The latest drug being studied as a treatment for COVID-19 is Avastin (bevacizumab), a well-known drug indicated to treat the eye disease macular degeneration (age-related) and many different types of cancer, including colorectal, renal cell, cervical and glioblastoma.
Avastin has several serious side effects: hemorrhage, heart attacks, heart failure, and perforations in the intestines, nose and stomach. And now the biologic drug is under investigation for a potential new indication: COVID-19.
Why is a cancer and eye disease drug — one with serious side effects — being looked at as a COVID-19 treatment? Because it may protect COVID-19 patients from the lung fluid build-up caused by pneumonia, a typical secondary disease brought on by coronavirus.
How does Avastin work?
The antibodies in Avastin (a biologic drug given by IV) block abnormal blood vessels (like cancer cells) from forming. COVID-19 patients have elevated levels of vascular endothelial growth factor (VEGF). Avastin lowers VEGF levels.
In addition, severe and critical patients often develop pneumonia-causing fluid in their lungs (pulmonary edema) that can lead to breathing failure. Lowering VEGF levels has been shown to hold off fluid in the lungs, potentially reducing the death rate for COVID-19 patients.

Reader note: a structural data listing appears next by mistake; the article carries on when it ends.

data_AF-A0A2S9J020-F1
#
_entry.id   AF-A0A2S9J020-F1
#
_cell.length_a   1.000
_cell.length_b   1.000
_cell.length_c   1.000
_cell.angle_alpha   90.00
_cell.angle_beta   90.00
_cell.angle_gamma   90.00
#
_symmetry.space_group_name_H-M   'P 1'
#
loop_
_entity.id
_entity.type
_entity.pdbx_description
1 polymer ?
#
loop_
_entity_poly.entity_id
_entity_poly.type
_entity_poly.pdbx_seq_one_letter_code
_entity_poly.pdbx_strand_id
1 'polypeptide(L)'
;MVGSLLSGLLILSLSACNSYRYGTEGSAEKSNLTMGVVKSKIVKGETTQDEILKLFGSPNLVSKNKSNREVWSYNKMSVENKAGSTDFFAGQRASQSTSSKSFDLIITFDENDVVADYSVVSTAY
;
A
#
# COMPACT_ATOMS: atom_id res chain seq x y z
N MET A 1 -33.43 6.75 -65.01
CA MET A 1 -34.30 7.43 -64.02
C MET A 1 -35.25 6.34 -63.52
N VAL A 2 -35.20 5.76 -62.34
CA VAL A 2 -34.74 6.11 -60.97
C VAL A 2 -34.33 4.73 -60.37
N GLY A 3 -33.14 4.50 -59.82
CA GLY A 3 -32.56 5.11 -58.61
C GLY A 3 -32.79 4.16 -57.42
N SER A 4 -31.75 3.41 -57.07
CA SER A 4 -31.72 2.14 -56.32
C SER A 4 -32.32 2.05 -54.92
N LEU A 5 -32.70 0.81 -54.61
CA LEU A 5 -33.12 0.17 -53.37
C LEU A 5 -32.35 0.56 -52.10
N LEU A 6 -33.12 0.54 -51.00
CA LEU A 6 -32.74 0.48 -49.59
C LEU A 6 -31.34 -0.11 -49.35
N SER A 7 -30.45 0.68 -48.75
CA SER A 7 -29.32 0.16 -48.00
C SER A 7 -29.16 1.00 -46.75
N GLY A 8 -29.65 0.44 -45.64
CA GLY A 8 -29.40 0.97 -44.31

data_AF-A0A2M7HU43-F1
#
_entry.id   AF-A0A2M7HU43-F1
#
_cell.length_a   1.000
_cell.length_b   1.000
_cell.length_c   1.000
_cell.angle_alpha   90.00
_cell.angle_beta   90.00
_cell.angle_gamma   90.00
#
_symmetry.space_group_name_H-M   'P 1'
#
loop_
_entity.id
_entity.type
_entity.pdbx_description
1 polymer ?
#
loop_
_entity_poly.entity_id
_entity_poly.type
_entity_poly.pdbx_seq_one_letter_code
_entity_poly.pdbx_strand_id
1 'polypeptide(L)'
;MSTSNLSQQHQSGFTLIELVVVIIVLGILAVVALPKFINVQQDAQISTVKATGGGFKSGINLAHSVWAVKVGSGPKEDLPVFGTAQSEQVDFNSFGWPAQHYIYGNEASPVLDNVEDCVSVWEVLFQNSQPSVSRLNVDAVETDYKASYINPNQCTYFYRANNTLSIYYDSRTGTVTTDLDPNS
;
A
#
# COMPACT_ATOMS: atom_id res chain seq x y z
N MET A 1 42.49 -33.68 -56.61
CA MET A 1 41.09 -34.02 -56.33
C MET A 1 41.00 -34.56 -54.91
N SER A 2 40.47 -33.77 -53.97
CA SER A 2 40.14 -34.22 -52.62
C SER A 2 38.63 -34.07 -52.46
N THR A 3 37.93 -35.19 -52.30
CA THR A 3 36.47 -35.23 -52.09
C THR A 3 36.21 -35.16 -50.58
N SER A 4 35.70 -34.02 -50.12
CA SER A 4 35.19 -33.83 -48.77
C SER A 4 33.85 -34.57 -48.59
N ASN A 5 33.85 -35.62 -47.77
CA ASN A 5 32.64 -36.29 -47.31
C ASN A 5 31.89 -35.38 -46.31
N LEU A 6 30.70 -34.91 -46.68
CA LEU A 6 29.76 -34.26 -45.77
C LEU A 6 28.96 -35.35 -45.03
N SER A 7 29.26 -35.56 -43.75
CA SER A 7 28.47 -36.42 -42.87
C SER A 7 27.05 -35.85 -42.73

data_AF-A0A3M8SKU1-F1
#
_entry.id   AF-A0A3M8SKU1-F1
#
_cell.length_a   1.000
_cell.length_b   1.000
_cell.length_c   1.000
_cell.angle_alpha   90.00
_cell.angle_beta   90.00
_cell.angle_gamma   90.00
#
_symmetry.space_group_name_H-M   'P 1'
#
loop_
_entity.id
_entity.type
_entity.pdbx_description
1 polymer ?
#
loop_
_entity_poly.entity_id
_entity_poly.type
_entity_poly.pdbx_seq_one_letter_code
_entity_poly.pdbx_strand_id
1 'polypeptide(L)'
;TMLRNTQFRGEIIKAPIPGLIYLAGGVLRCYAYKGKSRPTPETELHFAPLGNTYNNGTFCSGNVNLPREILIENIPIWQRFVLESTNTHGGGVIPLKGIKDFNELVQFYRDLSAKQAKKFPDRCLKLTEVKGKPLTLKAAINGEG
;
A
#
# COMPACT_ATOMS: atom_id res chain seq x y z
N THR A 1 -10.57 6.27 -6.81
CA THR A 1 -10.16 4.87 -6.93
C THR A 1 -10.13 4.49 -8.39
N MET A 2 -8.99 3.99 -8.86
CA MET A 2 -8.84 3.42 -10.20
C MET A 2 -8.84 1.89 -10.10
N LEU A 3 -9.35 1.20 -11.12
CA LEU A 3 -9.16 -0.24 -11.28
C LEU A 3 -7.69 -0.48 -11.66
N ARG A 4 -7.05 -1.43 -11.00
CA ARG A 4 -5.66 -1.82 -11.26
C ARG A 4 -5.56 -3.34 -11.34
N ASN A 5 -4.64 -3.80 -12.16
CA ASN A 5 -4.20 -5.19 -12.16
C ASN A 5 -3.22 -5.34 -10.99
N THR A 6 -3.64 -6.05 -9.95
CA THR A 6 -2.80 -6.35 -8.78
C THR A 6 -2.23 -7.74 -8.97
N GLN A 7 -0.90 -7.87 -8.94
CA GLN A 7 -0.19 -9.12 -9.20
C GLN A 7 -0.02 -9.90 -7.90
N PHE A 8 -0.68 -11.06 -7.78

Why do COVID-19 patients have increased VEGF?
One theory is that an increase in VEGF is a result of low oxygen levels (called hypoxia) and inflammation, and that VEGF plays a key role in both as seen in acute lung injury and acute respiratory distress syndrome.
Does Avastin work in COVID-19 patients?
Currently, there are two trials evaluating Avastin for COVID-19, both in China. One will enroll 140 patients with COVID-19 pneumonia and all will receive the biologic. There is no control arm (patients who are equally sick but get a placebo or alternative drug) which will compromise the results. Without a control arm, doctors won’t know if their patients got better because of the drug or would have recovered in any case. Worse, doctors won’t know if more people on Avastin died than those who didn’t get Avastin.
The estimated completion date is the end of June.
The second trial in China testing Avastin will enroll just 20 patients, also with pneumonia, although primary completion will come much sooner – this month.
Avastin might well be a good treatment for COVID-19 patients. It might save lives. But with its serious side effects, doctors need to know that any benefit it offers (fewer deaths by pneumonia) won’t cause equal harm (death by hemorrhage or heart attack). The only way to determine this is to compare Avastin to either a placebo or another drug (a control group). When clinical trials are allowed to proceed with no control group to compare to, the results are nearly impossible to understand. Until double-blind, placebo-controlled trials — the “gold standard” for drug studies — are conducted in Avastin and in a large number of patients, the true benefit of the drug in patients with COVID-19 will not be fully known.